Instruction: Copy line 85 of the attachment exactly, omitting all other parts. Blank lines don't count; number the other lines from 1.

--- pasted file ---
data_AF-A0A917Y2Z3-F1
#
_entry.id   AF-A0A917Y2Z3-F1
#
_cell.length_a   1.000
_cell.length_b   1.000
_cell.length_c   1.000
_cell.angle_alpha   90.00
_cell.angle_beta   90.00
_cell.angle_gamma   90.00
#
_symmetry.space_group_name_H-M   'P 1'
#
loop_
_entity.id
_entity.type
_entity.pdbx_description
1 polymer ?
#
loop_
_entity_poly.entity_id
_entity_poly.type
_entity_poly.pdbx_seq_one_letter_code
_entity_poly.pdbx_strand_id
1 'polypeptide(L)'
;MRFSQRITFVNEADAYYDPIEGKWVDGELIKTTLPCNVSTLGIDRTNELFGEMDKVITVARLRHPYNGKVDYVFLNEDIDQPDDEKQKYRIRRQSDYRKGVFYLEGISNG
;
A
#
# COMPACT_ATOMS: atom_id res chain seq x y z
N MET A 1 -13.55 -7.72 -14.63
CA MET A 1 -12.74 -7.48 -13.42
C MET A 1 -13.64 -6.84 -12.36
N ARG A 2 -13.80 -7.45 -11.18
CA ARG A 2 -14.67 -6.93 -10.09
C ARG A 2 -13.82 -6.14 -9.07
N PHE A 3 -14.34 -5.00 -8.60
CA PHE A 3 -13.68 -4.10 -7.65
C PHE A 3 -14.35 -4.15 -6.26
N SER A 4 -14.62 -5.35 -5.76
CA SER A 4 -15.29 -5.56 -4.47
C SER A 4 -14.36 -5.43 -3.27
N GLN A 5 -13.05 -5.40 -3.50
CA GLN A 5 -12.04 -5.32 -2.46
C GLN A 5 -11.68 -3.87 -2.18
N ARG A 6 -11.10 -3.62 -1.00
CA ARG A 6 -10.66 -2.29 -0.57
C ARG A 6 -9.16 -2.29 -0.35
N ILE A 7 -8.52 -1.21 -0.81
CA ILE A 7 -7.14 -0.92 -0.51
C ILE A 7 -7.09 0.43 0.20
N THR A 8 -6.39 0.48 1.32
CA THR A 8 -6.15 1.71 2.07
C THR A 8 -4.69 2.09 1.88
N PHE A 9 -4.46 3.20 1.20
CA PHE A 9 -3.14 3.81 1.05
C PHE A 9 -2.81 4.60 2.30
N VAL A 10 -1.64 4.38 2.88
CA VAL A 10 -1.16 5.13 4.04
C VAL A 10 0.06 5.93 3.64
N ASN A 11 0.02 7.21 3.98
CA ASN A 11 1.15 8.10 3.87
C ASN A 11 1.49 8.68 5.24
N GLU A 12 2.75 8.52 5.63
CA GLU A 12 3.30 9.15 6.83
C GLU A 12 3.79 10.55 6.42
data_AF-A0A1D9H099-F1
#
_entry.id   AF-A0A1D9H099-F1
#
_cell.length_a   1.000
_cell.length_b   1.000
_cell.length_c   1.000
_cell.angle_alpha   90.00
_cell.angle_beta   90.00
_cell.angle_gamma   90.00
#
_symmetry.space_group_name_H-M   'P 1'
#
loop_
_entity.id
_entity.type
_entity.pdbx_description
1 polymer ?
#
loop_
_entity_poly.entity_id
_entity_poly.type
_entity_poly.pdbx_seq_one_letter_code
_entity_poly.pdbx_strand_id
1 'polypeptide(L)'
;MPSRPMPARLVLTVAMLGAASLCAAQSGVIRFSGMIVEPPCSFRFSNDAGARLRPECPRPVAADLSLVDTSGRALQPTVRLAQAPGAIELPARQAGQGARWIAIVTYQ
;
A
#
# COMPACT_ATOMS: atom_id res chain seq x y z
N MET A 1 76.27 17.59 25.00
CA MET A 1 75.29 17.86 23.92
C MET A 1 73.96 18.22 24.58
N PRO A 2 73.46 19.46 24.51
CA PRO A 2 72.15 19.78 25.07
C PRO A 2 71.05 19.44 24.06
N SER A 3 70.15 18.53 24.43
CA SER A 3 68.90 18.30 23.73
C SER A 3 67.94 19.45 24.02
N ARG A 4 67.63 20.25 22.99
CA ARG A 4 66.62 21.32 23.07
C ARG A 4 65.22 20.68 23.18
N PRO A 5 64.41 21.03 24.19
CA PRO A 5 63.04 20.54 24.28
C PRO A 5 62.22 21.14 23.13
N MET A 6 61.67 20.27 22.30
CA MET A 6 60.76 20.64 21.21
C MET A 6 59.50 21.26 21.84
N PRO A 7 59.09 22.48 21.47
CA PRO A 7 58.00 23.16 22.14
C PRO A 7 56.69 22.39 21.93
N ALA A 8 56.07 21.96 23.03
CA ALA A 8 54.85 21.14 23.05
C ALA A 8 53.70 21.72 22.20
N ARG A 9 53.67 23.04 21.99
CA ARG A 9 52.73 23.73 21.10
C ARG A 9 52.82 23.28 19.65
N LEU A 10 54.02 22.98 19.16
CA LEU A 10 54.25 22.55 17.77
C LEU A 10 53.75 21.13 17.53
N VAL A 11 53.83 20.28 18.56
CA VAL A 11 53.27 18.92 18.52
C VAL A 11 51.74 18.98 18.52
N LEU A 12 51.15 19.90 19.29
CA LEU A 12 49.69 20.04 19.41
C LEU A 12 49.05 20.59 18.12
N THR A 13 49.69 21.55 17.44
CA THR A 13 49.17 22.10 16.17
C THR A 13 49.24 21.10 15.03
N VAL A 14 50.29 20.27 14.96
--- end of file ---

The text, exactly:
#